Sydney’s wild western suburbs were sparsely represented in Australian cinema when crime thriller The Combination came along in 2009. Made in response to the Cronulla riots and without any government funding, it found an appreciative audience for its simmering mix of multiculturalism and crime. Now writer-star George Basha and director David Field have re-teamed for the sequel, which arrives at a moment when racism seems on the ascendant. Basha’s Lebanese-Australian hero, John Morkos, hasn’t noticed that the promising Anglo boxer he’s training, Mark (Andre de Vanny), has a brother who’s part of a white supremacist gang that has declared war on Asians and Muslims. Meanwhile a flamboyant drug baron, Nas (Johnny Nasser), is trying to find an ice-dealing friend of John’s who owes him $100,000. John’s an ex-con and doesn’t want to be pulled back into a life of violence, but with xenophobic crazies closing in on one side and trigger-happy criminals on the other, fate has other plans.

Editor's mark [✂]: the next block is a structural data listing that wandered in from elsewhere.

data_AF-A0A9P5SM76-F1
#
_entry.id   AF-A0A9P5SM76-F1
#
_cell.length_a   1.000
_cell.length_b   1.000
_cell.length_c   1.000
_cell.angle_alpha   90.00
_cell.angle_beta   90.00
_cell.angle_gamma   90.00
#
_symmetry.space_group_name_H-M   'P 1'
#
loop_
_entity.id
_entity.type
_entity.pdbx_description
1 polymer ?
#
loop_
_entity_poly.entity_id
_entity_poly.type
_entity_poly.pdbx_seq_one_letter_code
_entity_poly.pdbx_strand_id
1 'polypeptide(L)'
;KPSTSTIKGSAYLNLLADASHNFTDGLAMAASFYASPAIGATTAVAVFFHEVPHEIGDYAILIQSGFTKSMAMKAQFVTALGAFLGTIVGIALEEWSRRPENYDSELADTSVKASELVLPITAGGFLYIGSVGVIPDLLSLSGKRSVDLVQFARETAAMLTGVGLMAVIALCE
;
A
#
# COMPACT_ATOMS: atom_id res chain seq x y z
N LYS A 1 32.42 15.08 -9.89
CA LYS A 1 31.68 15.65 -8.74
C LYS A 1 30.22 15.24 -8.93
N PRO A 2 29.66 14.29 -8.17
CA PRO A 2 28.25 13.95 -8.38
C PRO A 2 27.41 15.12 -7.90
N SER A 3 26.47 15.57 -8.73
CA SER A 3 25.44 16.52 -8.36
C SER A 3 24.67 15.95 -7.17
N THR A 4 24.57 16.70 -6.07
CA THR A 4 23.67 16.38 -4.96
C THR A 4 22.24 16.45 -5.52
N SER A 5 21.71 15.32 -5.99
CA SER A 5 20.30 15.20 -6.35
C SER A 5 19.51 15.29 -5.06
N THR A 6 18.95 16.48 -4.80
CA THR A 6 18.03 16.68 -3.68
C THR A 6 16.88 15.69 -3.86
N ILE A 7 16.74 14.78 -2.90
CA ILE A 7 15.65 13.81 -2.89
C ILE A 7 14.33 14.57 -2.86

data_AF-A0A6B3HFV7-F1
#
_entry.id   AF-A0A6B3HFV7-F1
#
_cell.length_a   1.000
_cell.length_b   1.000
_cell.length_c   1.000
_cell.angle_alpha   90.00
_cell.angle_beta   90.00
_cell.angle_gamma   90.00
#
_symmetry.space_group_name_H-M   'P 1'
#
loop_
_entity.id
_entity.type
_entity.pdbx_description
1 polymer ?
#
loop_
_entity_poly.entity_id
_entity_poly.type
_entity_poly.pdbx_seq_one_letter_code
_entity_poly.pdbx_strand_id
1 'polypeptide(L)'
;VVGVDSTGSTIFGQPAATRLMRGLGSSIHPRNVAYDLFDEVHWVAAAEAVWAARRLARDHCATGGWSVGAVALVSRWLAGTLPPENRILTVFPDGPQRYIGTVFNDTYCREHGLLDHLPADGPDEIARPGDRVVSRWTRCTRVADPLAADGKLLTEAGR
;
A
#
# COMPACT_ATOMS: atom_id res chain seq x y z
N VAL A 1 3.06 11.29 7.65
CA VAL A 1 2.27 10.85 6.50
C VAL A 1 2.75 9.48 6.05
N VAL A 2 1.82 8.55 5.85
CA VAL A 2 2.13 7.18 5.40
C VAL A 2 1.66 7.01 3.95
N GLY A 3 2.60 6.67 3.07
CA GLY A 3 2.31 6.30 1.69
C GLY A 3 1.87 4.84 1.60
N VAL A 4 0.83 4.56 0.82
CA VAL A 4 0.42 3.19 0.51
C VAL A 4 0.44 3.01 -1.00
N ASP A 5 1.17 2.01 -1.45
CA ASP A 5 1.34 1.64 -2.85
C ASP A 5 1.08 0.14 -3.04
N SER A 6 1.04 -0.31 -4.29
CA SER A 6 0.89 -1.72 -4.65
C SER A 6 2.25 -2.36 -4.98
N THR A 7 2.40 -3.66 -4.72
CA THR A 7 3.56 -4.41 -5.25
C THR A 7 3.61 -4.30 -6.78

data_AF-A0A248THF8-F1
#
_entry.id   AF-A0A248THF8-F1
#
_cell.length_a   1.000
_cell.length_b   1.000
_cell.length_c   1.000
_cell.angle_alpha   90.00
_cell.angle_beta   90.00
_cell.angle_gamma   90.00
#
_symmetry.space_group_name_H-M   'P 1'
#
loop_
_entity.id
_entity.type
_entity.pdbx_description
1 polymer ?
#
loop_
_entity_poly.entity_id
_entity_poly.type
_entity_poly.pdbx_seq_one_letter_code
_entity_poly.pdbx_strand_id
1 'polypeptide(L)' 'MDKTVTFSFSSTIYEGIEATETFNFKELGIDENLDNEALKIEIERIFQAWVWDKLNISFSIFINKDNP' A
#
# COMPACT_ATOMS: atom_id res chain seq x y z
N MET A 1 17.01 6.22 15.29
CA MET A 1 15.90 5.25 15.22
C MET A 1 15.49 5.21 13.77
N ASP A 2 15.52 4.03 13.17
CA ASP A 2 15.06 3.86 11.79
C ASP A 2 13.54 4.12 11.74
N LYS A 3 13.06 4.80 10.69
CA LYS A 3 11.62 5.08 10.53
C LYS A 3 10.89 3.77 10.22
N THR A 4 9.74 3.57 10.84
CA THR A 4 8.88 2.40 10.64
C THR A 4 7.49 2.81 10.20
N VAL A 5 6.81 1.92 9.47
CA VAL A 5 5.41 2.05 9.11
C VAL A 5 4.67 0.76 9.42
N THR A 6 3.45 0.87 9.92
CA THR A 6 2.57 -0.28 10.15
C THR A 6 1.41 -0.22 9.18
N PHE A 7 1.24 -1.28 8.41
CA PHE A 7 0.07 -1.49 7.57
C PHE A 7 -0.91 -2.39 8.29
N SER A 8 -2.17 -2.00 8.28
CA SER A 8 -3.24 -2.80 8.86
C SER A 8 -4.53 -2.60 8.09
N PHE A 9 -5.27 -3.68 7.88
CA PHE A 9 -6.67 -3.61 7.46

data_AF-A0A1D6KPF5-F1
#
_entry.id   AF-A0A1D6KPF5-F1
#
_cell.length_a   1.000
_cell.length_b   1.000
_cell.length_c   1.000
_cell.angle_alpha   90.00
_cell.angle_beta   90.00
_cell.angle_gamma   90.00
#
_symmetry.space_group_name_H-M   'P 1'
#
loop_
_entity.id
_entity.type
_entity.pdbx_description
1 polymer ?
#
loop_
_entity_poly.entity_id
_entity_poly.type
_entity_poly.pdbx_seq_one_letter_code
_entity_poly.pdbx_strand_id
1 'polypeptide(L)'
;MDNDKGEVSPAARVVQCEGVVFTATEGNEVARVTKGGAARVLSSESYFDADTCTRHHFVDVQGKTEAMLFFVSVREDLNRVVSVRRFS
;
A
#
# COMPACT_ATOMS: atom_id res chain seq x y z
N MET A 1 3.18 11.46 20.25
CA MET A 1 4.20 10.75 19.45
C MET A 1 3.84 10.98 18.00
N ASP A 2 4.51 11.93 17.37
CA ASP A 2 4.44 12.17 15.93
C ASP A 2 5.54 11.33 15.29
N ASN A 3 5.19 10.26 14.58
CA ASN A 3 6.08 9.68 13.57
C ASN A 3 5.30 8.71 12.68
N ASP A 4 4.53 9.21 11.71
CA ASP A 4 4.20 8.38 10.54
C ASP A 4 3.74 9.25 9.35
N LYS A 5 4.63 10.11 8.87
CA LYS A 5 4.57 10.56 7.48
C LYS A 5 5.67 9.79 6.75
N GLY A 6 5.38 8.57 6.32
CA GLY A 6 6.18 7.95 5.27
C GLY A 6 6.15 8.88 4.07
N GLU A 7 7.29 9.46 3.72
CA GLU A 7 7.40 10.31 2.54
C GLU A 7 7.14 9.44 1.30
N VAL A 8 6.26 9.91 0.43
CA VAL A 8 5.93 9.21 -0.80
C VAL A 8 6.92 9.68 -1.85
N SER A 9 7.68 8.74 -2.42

Amid the mayhem, the movie finds time for a culture-clash romance: John begins dating Amira (Abbey Aziz), whose family disapproves because John’s not Muslim. But any reservations about the film’s believability are easily set aside when Basha’s screenplay is so unpretentiously entertaining, with a neat line in blunt, Ocker dialogue (“I know he’s a dickhead, but he’s still my brother,” is Mark’s hilarious analysis of his dilemma). The performances are good too: Basha has the charisma to come off as a kind of Vin Diesel-in-Parramatta; Aziz is a luminous heroine; Nasser plays the villain nice and big as the situation demands; and the late Tony Ryan is perfect as John’s colleague and mentor Wes, an Indigenous man for whom dealing with racists is nothing new. The Combination Redemption may be every bit as overreaching as its unwieldy title suggests, but it’s hard not to enjoy the ride.